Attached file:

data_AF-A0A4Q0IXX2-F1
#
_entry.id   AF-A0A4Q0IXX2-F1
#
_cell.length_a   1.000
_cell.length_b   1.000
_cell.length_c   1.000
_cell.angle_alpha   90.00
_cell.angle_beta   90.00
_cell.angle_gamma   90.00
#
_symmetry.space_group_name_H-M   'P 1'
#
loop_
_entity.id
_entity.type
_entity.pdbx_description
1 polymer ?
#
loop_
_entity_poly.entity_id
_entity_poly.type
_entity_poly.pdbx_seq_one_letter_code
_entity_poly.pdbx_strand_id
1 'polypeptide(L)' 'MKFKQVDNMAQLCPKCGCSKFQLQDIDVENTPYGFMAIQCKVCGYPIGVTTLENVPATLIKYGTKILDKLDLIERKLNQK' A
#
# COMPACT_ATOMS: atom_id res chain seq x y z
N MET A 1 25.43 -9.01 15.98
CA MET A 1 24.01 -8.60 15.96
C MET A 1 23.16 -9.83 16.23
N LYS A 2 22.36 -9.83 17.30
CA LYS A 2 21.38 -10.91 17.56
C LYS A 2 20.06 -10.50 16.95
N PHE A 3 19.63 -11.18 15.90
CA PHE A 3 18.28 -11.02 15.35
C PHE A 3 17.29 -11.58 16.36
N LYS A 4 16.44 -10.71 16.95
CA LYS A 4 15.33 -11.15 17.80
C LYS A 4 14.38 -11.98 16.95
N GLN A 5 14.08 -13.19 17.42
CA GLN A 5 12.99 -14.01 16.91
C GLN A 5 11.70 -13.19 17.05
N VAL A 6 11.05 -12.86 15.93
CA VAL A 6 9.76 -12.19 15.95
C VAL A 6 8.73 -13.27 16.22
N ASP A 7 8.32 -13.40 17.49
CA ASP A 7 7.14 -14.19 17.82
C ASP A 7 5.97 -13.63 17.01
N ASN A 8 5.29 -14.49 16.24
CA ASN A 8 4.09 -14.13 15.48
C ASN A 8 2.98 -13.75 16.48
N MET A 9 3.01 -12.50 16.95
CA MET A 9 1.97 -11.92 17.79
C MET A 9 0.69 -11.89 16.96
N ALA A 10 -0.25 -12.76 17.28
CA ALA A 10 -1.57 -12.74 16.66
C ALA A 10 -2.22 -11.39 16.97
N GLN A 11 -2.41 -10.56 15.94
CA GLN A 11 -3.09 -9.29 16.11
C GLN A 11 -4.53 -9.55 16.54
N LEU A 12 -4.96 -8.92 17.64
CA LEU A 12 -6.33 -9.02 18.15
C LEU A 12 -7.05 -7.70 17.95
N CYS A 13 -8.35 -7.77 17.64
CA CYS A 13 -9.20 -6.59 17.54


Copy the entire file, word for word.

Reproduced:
data_AF-A0A4Q0IXX2-F1
#
_entry.id   AF-A0A4Q0IXX2-F1
#
_cell.length_a   1.000
_cell.length_b   1.000
_cell.length_c   1.000
_cell.angle_alpha   90.00
_cell.angle_beta   90.00
_cell.angle_gamma   90.00
#
_symmetry.space_group_name_H-M   'P 1'
#
loop_
_entity.id
_entity.type
_entity.pdbx_description
1 polymer ?
#
loop_
_entity_poly.entity_id
_entity_poly.type
_entity_poly.pdbx_seq_one_letter_code
_entity_poly.pdbx_strand_id
1 'polypeptide(L)' 'MKFKQVDNMAQLCPKCGCSKFQLQDIDVENTPYGFMAIQCKVCGYPIGVTTLENVPATLIKYGTKILDKLDLIERKLNQK' A
#
# COMPACT_ATOMS: atom_id res chain seq x y z
N MET A 1 25.43 -9.01 15.98
CA MET A 1 24.01 -8.60 15.96
C MET A 1 23.16 -9.83 16.23
N LYS A 2 22.36 -9.83 17.30
CA LYS A 2 21.38 -10.91 17.56
C LYS A 2 20.06 -10.50 16.95
N PHE A 3 19.63 -11.18 15.90
CA PHE A 3 18.28 -11.02 15.35
C PHE A 3 17.29 -11.58 16.36
N LYS A 4 16.44 -10.71 16.95
CA LYS A 4 15.33 -11.15 17.80
C LYS A 4 14.38 -11.98 16.95
N GLN A 5 14.08 -13.19 17.42
CA GLN A 5 12.99 -14.01 16.91
C GLN A 5 11.70 -13.19 17.05
N VAL A 6 11.05 -12.86 15.93
CA VAL A 6 9.76 -12.19 15.95
C VAL A 6 8.73 -13.27 16.22
N ASP A 7 8.32 -13.40 17.49
CA ASP A 7 7.14 -14.19 17.82
C ASP A 7 5.97 -13.63 17.01
N ASN A 8 5.29 -14.49 16.24
CA ASN A 8 4.09 -14.13 15.48
C ASN A 8 2.98 -13.75 16.48
N MET A 9 3.01 -12.50 16.95
CA MET A 9 1.97 -11.92 17.79
C MET A 9 0.69 -11.89 16.96
N ALA A 10 -0.25 -12.76 17.28
CA ALA A 10 -1.57 -12.74 16.66
C ALA A 10 -2.22 -11.39 16.97
N GLN A 11 -2.41 -10.56 15.94
CA GLN A 11 -3.09 -9.29 16.11
C GLN A 11 -4.53 -9.55 16.54
N LEU A 12 -4.96 -8.92 17.64
CA LEU A 12 -6.33 -9.02 18.15
C LEU A 12 -7.05 -7.70 17.95
N CYS A 13 -8.35 -7.77 17.64
CA CYS A 13 -9.20 -6.59 17.54